I’m on a Boat
I lie awake listening to the soothing waves lapping against my hull. This, I reflect, is the way to attend a scientific conference.
Restful. Harmonious. Cheap. This tiny boat docked in the marina is running my PI only $54 a night, less than a third of the nearby Sheraton. Plus, there’s a shower in the clubhouse. What more does a grad student need?
Of course, my lab-mates teased me for foregoing continental breakfasts, room service, and climate control in favor of a “room” too small to stand upright in. But what can I say? I paddle to the beat of a different drummer.
The conference is going well. I’ve given my talk. They even stuck a ribbon to my poster (very gratifying, though the monetary award is better). I’ve eaten the boxed lunches and drunk so much coffee I could thread a running sewing machine.
I wake early for last conference day. I’m not a morning person, but the rising sun beaming through the porthole forbids dozing. I duck through the low cabin door and stretch my limbs on the bow. Not a soul around; just me and the Pacific.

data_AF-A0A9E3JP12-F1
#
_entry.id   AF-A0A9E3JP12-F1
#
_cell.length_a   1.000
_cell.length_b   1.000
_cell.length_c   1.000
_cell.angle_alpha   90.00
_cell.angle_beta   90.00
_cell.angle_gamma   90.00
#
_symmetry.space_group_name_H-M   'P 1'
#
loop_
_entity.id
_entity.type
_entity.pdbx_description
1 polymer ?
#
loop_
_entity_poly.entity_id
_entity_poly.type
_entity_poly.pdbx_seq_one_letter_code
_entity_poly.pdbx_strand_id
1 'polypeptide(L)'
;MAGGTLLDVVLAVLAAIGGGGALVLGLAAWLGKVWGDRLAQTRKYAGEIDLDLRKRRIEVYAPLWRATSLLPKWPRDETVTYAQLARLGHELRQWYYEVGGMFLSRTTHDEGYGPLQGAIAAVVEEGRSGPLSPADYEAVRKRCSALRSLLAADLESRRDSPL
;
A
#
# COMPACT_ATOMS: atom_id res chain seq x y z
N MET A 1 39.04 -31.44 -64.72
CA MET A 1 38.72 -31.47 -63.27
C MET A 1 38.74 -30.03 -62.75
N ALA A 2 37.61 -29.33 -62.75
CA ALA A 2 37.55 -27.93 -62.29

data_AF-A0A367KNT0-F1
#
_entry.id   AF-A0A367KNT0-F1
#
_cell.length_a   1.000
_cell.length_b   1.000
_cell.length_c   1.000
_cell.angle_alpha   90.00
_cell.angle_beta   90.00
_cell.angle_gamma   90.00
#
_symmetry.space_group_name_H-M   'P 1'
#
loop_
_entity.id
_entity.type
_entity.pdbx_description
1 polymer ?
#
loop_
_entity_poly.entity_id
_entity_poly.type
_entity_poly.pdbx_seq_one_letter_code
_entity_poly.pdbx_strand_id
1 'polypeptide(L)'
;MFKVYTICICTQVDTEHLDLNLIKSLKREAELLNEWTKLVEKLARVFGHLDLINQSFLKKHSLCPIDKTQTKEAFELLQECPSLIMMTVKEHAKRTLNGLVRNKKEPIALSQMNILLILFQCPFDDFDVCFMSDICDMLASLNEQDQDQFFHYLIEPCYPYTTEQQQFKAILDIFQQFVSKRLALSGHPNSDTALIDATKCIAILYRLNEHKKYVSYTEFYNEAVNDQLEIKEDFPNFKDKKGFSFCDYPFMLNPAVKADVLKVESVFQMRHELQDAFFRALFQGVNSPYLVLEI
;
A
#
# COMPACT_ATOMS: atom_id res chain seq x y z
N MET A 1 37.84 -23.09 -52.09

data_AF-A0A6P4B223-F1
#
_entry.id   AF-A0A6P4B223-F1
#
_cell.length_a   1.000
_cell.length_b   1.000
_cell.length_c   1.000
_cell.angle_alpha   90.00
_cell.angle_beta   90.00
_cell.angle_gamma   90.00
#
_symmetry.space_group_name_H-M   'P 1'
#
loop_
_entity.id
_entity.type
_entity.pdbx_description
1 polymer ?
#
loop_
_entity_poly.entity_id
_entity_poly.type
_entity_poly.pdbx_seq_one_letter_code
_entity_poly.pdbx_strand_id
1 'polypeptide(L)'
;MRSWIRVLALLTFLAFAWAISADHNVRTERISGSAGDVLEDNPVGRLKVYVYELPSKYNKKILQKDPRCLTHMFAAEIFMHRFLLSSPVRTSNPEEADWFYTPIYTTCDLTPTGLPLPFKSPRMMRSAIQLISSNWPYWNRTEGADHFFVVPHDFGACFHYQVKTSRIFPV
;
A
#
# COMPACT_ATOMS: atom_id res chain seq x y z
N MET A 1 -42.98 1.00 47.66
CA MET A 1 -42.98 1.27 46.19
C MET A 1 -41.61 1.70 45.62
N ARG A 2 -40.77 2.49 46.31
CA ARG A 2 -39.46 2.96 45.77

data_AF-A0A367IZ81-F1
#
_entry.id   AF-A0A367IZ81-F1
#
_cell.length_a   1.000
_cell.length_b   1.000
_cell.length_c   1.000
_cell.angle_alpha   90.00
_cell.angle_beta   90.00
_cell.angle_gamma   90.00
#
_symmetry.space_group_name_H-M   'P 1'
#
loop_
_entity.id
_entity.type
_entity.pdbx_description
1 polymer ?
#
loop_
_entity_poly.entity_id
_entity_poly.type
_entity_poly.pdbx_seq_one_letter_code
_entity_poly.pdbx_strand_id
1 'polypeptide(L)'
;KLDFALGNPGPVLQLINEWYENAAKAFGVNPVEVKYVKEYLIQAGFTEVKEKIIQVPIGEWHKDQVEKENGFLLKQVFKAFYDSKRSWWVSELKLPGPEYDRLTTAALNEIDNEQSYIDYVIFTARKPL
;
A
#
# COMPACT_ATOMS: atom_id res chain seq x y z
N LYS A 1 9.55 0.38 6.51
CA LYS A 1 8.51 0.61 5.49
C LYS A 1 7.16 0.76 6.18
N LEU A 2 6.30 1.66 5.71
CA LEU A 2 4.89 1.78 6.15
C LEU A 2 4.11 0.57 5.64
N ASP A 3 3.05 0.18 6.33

Dutifully, I check my e-mail. Spam. Ads. Seminar notices. Then, one from the journal. I’m awake now. “Congratulations,” it reads. “Your manuscript has been accepted for publication…” My first first-author paper. Waves of hope wash over me. I’m going to graduate. I’m not going to be a seven-year PhD student after all.
I set out for the convention center full of renewed energy as the day brightens. But not, of course, before stopping by the yachtsmen’s club for a shower.